Volatility, uncertainty continue to influence economic outlook
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IPC report shows inflation rates, recession fears persist in early months of 2023
COVID-19, Russia’s invasion of Ukraine, soaring global inflation rates and recession fears were major contributors to the cloud of uncertainty in 2022 and also to slower global economic growth, according to IPC Association’s December Economic Outlook report.
“Many believe a recession is a foregone conclusion in 2023,” said Shawn DuBravac, IPC’s chief economist. “I expect about a third of the world economy will likely be in recession in 2023. Global economic growth has already fallen, slipping from six percent in 2021 to about 3.2 percent in 2022. Global growth is expected to slow further in 2023, clocking in at less than two percent,” DuBravac added.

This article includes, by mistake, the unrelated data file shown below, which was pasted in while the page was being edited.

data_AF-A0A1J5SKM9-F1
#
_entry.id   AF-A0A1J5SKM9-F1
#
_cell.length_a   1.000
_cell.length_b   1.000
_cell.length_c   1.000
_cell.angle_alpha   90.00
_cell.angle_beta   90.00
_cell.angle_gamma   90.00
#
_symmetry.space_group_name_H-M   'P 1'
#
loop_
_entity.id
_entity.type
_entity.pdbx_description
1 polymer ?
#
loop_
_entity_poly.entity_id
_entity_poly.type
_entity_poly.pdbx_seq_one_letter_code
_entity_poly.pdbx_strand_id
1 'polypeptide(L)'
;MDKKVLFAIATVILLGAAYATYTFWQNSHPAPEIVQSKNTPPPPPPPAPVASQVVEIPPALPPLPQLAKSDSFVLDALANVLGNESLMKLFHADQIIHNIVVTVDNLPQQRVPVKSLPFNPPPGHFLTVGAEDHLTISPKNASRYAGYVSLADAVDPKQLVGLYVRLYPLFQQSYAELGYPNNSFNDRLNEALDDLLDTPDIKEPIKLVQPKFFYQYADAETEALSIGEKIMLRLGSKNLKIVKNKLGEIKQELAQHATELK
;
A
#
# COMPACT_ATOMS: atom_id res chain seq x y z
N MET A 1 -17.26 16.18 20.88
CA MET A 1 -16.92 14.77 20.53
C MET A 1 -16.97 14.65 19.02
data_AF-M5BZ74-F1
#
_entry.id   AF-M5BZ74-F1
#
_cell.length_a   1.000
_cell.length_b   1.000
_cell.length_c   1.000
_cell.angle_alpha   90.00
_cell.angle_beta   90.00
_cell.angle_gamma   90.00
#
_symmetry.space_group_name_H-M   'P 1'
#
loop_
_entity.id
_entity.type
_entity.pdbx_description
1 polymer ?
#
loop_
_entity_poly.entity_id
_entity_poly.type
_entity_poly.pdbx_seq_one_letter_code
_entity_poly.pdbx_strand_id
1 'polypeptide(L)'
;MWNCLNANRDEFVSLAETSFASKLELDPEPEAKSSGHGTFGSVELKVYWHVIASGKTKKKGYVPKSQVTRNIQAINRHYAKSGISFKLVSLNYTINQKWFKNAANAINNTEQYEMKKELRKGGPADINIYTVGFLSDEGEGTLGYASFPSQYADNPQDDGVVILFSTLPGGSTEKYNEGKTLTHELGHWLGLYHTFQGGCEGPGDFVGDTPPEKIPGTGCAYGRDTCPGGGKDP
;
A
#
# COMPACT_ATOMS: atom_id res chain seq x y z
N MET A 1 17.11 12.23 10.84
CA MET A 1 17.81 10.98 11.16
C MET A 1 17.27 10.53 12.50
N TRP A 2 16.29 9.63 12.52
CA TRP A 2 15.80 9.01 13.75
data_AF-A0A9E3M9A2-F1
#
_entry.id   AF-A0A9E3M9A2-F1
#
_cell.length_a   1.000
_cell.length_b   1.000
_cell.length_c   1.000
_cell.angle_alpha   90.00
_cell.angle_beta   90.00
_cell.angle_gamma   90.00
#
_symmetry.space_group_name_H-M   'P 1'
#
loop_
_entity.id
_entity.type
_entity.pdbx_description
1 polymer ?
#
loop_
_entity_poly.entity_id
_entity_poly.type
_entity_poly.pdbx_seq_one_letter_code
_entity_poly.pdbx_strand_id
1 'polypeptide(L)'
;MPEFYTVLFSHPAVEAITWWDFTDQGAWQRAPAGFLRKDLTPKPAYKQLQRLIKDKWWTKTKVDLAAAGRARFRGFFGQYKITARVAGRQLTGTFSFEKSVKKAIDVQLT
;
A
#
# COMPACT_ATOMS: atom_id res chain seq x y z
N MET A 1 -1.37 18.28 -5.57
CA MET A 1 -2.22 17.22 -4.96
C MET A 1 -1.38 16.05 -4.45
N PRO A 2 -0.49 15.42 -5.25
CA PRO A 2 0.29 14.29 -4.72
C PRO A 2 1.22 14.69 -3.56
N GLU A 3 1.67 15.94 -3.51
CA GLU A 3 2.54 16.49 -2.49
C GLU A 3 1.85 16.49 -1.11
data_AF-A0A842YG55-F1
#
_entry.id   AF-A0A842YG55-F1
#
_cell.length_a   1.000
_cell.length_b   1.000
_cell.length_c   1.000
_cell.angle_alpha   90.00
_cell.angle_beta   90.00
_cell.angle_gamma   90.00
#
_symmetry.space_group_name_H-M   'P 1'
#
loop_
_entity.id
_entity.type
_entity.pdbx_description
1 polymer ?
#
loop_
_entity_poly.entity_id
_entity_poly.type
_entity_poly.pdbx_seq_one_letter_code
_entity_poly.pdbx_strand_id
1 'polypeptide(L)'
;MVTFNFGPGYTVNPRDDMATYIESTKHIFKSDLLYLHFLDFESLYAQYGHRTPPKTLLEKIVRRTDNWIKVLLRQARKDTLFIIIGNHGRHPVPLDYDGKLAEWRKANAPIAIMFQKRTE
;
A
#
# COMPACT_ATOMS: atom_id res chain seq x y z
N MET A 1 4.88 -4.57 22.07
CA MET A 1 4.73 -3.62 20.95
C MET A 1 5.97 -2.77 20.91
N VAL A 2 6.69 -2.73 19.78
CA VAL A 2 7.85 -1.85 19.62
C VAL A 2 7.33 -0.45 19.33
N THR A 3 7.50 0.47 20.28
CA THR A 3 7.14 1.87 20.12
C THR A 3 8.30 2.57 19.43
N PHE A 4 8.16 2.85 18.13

Additional data in report show:
- Global inflation rose from 4.7 percent in 2021 to 8.8 percent in 2022 and should fall to around 6.5 percent in 2023 and four percent in 2024.
- U.S. economic activity is expected to increase just 0.3 percent in 2023.
- U.S. industrial production fell 0.2 percent in November, the second straight month of decline. Despite the weak November results, production of consumer goods was up 1.8 percent in the past year and production of business equipment was up 5.7 percent.
- In Europe, electronics manufacturing output fell in October after two months of growth. Output decreased 2 percent (month-on-month), but production remains high. Output is up 4.4 percent over the last year.